It’s often unclear what’s triggering tinnitus (a ringing or buzzing in your ears). But one thing we know for certain is that if you have hearing loss your chance of experiencing tinnitus goes up. According to HLAA up to 90 percent of people who have tinnitus also have hearing loss.
Your lifestyle, age, and genetics can all play a role in the development of hearing loss as you probably know. And while many people think of hearing loss as being obvious, the truth is that some minor hearing loss can go undetected. Even slight cases of hearing loss will increase your likelihood of tinnitus, making the situation even worse.
It’s Not a Cure, But Hearing Aids Can Help Treat Tinnitus
There isn’t a cure for tinnitus. However, hearing aids will help you manage both hearing loss and tinnitus in ways that can minimize symptoms and improve one’s quality of life. In fact, one study confirmed that as much as 60 percent of people suffering from tinnitus experienced relief when they wore hearing aids, with 22 percent showing appreciable relief.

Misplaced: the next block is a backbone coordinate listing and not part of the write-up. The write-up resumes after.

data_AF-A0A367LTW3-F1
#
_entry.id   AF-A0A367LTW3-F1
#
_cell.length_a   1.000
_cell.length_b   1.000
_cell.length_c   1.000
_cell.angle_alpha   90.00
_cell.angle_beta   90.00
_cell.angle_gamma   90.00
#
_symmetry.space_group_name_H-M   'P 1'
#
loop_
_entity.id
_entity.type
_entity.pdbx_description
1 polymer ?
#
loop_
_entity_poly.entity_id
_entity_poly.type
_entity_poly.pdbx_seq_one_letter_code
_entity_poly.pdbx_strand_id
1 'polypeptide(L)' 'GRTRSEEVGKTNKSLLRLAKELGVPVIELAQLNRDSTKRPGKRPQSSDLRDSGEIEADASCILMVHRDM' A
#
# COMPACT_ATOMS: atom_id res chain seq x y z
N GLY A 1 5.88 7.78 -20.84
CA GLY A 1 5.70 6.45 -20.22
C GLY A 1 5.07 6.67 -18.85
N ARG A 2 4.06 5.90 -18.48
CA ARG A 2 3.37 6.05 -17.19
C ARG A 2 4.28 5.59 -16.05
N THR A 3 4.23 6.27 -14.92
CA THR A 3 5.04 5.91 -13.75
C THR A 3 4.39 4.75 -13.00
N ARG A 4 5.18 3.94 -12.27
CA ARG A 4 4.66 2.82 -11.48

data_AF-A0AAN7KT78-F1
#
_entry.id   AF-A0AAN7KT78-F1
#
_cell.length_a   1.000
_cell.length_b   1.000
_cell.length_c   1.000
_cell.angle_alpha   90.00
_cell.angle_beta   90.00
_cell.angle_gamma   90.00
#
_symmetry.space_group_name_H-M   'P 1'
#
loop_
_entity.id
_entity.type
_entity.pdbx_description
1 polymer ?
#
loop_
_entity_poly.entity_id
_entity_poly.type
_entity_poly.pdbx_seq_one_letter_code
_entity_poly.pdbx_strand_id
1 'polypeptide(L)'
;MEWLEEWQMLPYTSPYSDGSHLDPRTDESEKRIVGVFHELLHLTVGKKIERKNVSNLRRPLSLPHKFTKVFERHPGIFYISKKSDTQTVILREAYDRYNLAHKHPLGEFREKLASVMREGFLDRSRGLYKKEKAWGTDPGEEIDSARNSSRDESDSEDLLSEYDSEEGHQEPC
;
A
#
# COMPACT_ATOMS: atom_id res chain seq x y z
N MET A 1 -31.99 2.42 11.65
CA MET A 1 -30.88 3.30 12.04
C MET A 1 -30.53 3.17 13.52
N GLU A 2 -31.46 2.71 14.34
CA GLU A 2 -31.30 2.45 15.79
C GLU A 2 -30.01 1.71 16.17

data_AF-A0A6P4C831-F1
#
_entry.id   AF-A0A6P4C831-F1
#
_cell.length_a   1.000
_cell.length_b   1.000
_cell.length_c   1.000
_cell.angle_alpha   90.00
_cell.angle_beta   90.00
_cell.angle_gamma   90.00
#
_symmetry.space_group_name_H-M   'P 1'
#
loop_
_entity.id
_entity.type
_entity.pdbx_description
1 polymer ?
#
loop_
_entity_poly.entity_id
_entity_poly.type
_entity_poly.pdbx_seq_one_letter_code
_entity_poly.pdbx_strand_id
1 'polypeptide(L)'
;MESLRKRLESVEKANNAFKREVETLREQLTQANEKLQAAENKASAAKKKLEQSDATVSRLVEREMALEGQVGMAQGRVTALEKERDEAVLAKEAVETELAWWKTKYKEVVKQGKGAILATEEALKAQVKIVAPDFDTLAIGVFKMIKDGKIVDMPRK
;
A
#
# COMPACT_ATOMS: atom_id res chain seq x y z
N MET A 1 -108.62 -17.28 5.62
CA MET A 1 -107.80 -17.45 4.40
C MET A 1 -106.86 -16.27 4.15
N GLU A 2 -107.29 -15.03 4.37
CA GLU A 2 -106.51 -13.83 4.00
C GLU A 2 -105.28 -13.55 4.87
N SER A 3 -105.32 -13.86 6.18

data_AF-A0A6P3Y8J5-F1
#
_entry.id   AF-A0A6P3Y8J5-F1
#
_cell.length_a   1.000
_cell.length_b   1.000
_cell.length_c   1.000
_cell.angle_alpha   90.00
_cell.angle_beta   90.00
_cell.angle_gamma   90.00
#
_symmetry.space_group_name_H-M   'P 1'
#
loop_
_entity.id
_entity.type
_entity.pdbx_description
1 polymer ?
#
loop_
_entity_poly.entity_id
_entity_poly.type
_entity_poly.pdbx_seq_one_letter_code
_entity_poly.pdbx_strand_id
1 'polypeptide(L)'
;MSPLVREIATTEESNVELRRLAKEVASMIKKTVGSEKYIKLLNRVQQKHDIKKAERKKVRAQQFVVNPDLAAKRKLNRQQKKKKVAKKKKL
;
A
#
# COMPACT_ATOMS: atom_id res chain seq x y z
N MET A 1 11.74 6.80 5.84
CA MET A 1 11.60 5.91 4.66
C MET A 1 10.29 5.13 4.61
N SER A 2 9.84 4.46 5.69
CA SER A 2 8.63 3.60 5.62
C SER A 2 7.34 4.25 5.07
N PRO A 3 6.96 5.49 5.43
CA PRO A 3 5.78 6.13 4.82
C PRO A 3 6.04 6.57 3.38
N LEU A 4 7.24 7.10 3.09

A conventional hearing aid can essentially hide the buzzing or ringing caused by tinnitus by strengthening your ability to hear outside sounds, which effectively drowns out the ringing. And, fortunately, traditional hearing aids aren’t the only option as more advanced treatment methods are being produced.
Types of Specialty Hearing Aids to Reduce Tinnitus Symptoms
Hearing aids increase the level of environmental sounds to the point that you can hear them clearly. This simple technology is crucial in training your hearing to receive certain stimulation by boosting sounds like the clattering of a ceiling fan or the rabble of a dinner party.
You can take an even more comprehensive approach to your tinnitus management by augmenting hearing aids with other strategies, like stress reduction, sound stimulation, and counseling.
Some hearing aid makers even utilize the irregular rhythm of fractal tones to minimize the symptoms of tinnitus. The consistent tone of tinnitus can be interrupted by the uneven tones of these inconsistent rhythms.
Other specialized devices attempt to blend your tinnitus in with the natural sounds you’re hearing. This approach will commonly utilize a white noise signal that a hearing professional can adjust to ensure proper calibration for your ear and your condition.
All of these strategies, from white noise therapies to sound therapies, utilize specialized hearing aid technology to distract the attention of the user away from focusing on tinnitus noises.
Hearing aids can improve quality of life and lessen symptoms of tinnitus even if there is no cure.